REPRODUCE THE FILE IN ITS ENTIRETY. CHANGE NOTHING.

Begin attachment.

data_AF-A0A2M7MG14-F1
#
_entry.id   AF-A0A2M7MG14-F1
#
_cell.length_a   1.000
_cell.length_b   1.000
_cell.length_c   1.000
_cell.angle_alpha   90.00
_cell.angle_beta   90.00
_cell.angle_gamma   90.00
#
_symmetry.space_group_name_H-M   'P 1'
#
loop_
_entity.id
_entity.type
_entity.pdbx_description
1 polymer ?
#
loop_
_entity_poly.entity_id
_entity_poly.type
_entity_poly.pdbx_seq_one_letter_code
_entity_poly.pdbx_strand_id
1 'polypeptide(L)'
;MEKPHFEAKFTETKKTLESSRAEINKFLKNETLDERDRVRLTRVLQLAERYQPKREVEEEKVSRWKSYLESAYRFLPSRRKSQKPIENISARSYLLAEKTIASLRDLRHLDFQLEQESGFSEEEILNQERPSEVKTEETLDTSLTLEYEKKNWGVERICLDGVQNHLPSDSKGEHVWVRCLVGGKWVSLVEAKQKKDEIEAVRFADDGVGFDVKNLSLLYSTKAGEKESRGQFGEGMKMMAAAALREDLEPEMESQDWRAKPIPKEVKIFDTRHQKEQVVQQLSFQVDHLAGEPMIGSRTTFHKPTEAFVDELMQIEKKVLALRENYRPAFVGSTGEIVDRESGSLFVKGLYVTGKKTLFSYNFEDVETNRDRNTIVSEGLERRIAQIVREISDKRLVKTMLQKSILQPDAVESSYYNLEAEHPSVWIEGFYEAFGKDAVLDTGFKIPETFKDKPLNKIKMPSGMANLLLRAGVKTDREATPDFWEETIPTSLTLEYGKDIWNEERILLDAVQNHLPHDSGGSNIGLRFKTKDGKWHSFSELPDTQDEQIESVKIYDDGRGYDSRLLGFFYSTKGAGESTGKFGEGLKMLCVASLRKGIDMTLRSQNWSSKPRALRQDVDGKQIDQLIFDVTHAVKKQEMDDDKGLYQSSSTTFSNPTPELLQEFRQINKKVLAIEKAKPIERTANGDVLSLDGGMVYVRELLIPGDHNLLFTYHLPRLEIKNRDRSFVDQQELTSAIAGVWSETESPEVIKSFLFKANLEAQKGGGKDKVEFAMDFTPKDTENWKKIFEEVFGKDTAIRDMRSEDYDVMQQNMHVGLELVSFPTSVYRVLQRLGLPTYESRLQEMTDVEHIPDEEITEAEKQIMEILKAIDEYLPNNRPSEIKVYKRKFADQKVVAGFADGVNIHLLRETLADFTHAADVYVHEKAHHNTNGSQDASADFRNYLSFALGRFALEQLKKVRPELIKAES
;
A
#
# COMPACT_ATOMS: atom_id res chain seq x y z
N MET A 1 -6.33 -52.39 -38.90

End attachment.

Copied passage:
data_AF-A0A2M7MG14-F1
#
_entry.id   AF-A0A2M7MG14-F1
#
_cell.length_a   1.000
_cell.length_b   1.000
_cell.length_c   1.000
_cell.angle_alpha   90.00
_cell.angle_beta   90.00
_cell.angle_gamma   90.00
#
_symmetry.space_group_name_H-M   'P 1'
#
loop_
_entity.id
_entity.type
_entity.pdbx_description
1 polymer ?
#
loop_
_entity_poly.entity_id
_entity_poly.type
_entity_poly.pdbx_seq_one_letter_code
_entity_poly.pdbx_strand_id
1 'polypeptide(L)'
;MEKPHFEAKFTETKKTLESSRAEINKFLKNETLDERDRVRLTRVLQLAERYQPKREVEEEKVSRWKSYLESAYRFLPSRRKSQKPIENISARSYLLAEKTIASLRDLRHLDFQLEQESGFSEEEILNQERPSEVKTEETLDTSLTLEYEKKNWGVERICLDGVQNHLPSDSKGEHVWVRCLVGGKWVSLVEAKQKKDEIEAVRFADDGVGFDVKNLSLLYSTKAGEKESRGQFGEGMKMMAAAALREDLEPEMESQDWRAKPIPKEVKIFDTRHQKEQVVQQLSFQVDHLAGEPMIGSRTTFHKPTEAFVDELMQIEKKVLALRENYRPAFVGSTGEIVDRESGSLFVKGLYVTGKKTLFSYNFEDVETNRDRNTIVSEGLERRIAQIVREISDKRLVKTMLQKSILQPDAVESSYYNLEAEHPSVWIEGFYEAFGKDAVLDTGFKIPETFKDKPLNKIKMPSGMANLLLRAGVKTDREATPDFWEETIPTSLTLEYGKDIWNEERILLDAVQNHLPHDSGGSNIGLRFKTKDGKWHSFSELPDTQDEQIESVKIYDDGRGYDSRLLGFFYSTKGAGESTGKFGEGLKMLCVASLRKGIDMTLRSQNWSSKPRALRQDVDGKQIDQLIFDVTHAVKKQEMDDDKGLYQSSSTTFSNPTPELLQEFRQINKKVLAIEKAKPIERTANGDVLSLDGGMVYVRELLIPGDHNLLFTYHLPRLEIKNRDRSFVDQQELTSAIAGVWSETESPEVIKSFLFKANLEAQKGGGKDKVEFAMDFTPKDTENWKKIFEEVFGKDTAIRDMRSEDYDVMQQNMHVGLELVSFPTSVYRVLQRLGLPTYESRLQEMTDVEHIPDEEITEAEKQIMEILKAIDEYLPNNRPSEIKVYKRKFADQKVVAGFADGVNIHLLRETLADFTHAADVYVHEKAHHNTNGSQDASADFRNYLSFALGRFALEQLKKVRPELIKAES
;
A
#
# COMPACT_ATOMS: atom_id res chain seq x y z
N MET A 1 -6.33 -52.39 -38.90